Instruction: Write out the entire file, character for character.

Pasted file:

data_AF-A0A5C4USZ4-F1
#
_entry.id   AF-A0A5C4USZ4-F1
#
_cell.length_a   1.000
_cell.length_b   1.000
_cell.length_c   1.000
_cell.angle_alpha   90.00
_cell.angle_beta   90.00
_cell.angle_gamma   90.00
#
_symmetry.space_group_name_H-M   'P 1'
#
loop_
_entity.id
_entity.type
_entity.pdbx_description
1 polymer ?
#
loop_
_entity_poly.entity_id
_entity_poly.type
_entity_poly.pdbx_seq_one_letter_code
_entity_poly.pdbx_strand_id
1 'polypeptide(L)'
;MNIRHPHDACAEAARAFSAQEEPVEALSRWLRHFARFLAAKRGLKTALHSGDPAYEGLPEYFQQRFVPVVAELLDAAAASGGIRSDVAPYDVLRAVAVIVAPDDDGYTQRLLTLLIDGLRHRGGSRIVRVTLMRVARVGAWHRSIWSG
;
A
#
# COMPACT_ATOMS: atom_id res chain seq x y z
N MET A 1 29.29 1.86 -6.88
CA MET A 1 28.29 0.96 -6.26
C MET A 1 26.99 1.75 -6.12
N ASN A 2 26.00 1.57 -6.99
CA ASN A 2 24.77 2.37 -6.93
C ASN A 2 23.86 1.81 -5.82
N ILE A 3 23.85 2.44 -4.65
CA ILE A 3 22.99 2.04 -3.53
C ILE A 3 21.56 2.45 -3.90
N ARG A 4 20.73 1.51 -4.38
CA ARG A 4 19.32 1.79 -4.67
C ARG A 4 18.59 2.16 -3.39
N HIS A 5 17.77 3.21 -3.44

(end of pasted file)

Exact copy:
data_AF-A0A5C4USZ4-F1
#
_entry.id   AF-A0A5C4USZ4-F1
#
_cell.length_a   1.000
_cell.length_b   1.000
_cell.length_c   1.000
_cell.angle_alpha   90.00
_cell.angle_beta   90.00
_cell.angle_gamma   90.00
#
_symmetry.space_group_name_H-M   'P 1'
#
loop_
_entity.id
_entity.type
_entity.pdbx_description
1 polymer ?
#
loop_
_entity_poly.entity_id
_entity_poly.type
_entity_poly.pdbx_seq_one_letter_code
_entity_poly.pdbx_strand_id
1 'polypeptide(L)'
;MNIRHPHDACAEAARAFSAQEEPVEALSRWLRHFARFLAAKRGLKTALHSGDPAYEGLPEYFQQRFVPVVAELLDAAAASGGIRSDVAPYDVLRAVAVIVAPDDDGYTQRLLTLLIDGLRHRGGSRIVRVTLMRVARVGAWHRSIWSG
;
A
#
# COMPACT_ATOMS: atom_id res chain seq x y z
N MET A 1 29.29 1.86 -6.88
CA MET A 1 28.29 0.96 -6.26
C MET A 1 26.99 1.75 -6.12
N ASN A 2 26.00 1.57 -6.99
CA ASN A 2 24.77 2.37 -6.93
C ASN A 2 23.86 1.81 -5.82
N ILE A 3 23.85 2.44 -4.65
CA ILE A 3 22.99 2.04 -3.53
C ILE A 3 21.56 2.45 -3.90
N ARG A 4 20.73 1.51 -4.38
CA ARG A 4 19.32 1.79 -4.67
C ARG A 4 18.59 2.16 -3.39
N HIS A 5 17.77 3.21 -3.44